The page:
Do parents lack confidence in the public schools?This...

Letters

October 24, 1999

Do parents lack confidence in the public schools?

This letter is in response to Pam Rogers' letter printed on Sept. 26 ("More on Wilde Lake schools").

To answer your question about how home-schoolers and private schoolers are different than those children being sent to a non-district school, there is a huge difference.

Even though I may not agree with parents spending unnecessary money to send their students to a non-district school, I disagree with private school and even more so with home-schooling.

As a senior at Towson University, studying elementary education, I strongly believe kids need to learn how to cooperate with others. What better place to learn that than in a public school?

Students have the opportunity to work with people from different races, religious and socioeconomic backgrounds.

After graduation, regardless of the type of education, these students will be forced to work with others in their employment or future endeavors.

This is not a skill that people are born with, but one that takes practice.

When students are home-schooled, they do not have the opportunity to practice this; in public school, students do group activities, paired activities and have different teachers with different philosophies enabling them to practice socializing and dealing with others.

If giving your child some one-on-one attention is what you think is important, why not just take the time to read with your child, help them with their homework or just talk one-on-one? Why would you move to Howard County, where the public school system is one of the best in the state and even the nation, and then not take advan tage of it?

Paige Ballenger, Elkridge

The writer is a Towson University student.

I live in the North Laurel area. My oldest daughter attended Laurel Woods Elementary from kindergarten through fifth-grade. My younger two children are open-enrolled at nearby Gorman Crossing Elementary.

When my daughter entered kindergarten in 1989, Laurel Woods Elementary was an excellent school and I had dreams of sending all of our children to it. By the time she was in third grade, we began to notice the downfall of our school with lower classroom standards, teachers unprepared to teach, a weak administration and behavioral problems that were largely overlooked.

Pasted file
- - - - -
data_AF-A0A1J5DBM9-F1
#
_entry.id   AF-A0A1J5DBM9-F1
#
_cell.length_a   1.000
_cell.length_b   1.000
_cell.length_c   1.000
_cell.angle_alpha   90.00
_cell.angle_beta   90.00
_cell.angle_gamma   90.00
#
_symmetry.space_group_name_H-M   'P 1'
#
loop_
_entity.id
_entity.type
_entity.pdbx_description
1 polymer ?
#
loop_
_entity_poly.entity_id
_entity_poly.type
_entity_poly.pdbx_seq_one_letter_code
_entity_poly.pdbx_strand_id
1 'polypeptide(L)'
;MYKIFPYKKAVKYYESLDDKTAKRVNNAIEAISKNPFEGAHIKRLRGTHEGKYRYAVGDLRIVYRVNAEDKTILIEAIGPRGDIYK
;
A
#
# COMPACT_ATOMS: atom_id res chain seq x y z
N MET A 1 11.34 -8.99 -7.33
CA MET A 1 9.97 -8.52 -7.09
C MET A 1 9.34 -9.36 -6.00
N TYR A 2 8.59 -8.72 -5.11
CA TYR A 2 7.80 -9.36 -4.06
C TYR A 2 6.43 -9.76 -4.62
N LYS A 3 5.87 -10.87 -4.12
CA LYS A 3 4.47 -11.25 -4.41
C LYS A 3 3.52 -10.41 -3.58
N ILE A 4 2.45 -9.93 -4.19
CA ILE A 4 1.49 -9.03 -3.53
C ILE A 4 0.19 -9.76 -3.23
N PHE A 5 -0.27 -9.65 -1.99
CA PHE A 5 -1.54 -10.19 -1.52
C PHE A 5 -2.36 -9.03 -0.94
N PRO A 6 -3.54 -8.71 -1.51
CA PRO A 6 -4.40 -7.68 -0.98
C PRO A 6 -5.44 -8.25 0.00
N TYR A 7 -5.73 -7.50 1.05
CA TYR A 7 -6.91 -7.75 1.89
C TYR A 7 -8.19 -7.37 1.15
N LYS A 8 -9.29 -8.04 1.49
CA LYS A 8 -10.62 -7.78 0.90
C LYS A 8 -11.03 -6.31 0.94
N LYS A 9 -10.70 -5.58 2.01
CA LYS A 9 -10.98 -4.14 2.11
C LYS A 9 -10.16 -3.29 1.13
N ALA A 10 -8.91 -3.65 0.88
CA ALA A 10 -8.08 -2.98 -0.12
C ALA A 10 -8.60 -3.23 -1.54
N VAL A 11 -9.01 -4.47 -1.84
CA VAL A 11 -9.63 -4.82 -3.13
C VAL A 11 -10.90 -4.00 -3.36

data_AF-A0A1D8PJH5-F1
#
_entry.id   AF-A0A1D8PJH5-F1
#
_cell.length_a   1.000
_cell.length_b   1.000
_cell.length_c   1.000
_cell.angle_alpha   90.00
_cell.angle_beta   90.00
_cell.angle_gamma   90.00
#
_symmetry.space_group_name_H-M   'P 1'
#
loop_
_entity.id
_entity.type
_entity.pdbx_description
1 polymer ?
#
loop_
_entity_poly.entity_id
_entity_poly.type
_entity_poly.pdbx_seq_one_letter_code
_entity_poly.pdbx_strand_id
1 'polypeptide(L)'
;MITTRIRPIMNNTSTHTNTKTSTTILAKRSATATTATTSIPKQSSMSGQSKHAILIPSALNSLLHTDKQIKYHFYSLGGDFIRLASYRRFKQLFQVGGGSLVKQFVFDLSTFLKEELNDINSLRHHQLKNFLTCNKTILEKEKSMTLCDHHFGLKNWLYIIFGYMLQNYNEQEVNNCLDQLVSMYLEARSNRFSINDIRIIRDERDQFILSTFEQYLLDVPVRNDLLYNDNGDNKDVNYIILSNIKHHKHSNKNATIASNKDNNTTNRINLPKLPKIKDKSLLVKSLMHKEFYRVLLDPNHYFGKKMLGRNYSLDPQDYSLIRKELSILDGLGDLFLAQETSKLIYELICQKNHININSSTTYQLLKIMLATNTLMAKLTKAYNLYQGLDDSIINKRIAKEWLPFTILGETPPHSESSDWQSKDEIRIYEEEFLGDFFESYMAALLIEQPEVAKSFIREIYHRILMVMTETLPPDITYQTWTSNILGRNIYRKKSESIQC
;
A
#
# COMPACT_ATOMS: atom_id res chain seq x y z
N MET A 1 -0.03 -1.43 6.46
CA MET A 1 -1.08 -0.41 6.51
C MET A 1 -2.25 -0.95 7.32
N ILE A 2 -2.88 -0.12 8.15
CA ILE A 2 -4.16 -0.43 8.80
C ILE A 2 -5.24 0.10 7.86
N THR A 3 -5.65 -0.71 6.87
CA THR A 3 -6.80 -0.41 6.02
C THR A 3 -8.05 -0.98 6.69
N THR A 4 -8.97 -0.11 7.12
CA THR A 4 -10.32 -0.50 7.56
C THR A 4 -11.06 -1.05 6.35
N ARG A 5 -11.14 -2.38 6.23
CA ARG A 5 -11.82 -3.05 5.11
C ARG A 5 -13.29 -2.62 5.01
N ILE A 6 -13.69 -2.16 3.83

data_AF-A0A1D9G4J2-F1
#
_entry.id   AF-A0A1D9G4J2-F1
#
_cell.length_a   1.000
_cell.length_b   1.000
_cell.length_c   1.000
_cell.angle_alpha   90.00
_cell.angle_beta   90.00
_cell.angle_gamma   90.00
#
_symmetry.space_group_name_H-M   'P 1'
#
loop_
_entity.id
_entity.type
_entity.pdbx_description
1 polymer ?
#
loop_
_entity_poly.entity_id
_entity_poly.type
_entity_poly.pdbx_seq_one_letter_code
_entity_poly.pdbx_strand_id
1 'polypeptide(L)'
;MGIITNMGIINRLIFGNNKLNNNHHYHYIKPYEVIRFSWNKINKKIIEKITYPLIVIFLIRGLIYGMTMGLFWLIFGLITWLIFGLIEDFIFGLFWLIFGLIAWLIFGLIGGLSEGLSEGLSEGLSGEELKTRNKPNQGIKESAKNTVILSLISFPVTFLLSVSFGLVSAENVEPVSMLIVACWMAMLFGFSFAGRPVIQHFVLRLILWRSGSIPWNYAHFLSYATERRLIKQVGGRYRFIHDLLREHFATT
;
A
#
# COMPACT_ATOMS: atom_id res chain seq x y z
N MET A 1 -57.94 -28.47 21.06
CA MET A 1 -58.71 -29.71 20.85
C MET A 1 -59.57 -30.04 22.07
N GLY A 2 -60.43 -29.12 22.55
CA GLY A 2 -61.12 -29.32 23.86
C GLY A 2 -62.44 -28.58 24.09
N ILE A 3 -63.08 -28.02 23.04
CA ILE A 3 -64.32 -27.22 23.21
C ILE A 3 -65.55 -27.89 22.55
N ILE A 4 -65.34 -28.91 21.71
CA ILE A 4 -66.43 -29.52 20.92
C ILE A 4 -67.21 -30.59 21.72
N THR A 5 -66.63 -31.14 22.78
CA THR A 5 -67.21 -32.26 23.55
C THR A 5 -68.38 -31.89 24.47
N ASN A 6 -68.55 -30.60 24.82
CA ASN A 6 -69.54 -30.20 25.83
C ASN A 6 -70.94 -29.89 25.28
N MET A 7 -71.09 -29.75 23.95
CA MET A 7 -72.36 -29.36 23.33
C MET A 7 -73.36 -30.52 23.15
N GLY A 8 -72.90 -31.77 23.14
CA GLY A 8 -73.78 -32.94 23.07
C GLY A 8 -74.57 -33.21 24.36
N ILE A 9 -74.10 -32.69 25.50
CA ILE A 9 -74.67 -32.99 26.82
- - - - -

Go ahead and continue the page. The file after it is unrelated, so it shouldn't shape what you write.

It seemed that the administration felt that as long as the kids felt good about themselves, that was all that mattered. Upon entering the school, I found students wandering the halls, classrooms loud and students disruptive. Recess was a nightmare, including foul language, rough play and poor supervision, and day after day of entire classrooms "sitting on the wall" because of behavior problems.

By 1994, when it was time for my son to enter kindergarten, we were so concerned about the school that we decided to enroll him in private school. (Laurel Woods was on the "protected list.")

When my oldest daughter completed fifth-grade at Laurel Woods, it was so bad that we decided not to send our other two children there and enrolled them both in private school, hoping that eventually we could go back to public school.

When Gorman Crossing opened last year, we got our wish and transferred our youngest two back to public school: open-enrolled.

Did we find what we wanted at Gorman Crossing? You bet. We found a strong administration prepared to deal openly with problems; teachers prepared at all times to teach, and discipline problems handled fairly and consistently. Enter the school: there are no students wandering the halls, the classrooms are quiet during instructional time and students are learning. There are no problems retaining high-quality experienced teachers.

Until the county Board of Education is ready to address these problems and make all schools in Howard County equal, we should all be able to "open enroll" our children anywhere we want.

It is curious that there are four elementary schools in North Laurel, yet one of them, Laurel Woods, is home to the majority of the low and moderate-income families. The school board needs to address the issue of how it redistricts, and be willing to redistrict so that all schools get their share of "at-risk" neighborhoods, as well as of upper-income families, making all schools more diverse.

Unlike the Clemens Crossing residents who "open-enrolled" their children to Lime Kiln Elementary, our neighborhood is largely middle-income and cannot afford a bus. Yet we know that our local school is in trouble.

Most of the families who have open-enrolled to Gorman Crossing have had children at Laurel Woods in the past and have made a decision based on facts and their own experiences. In my neighborhood alone, several families home-school, several use private schools and a large number have open-enrolled at Gorman Crossing.

It is not easy to open-enroll. Our children can no longer walk to school and we have elaborate carpools, yet most of us who have done this would do it again in a heartbeat.

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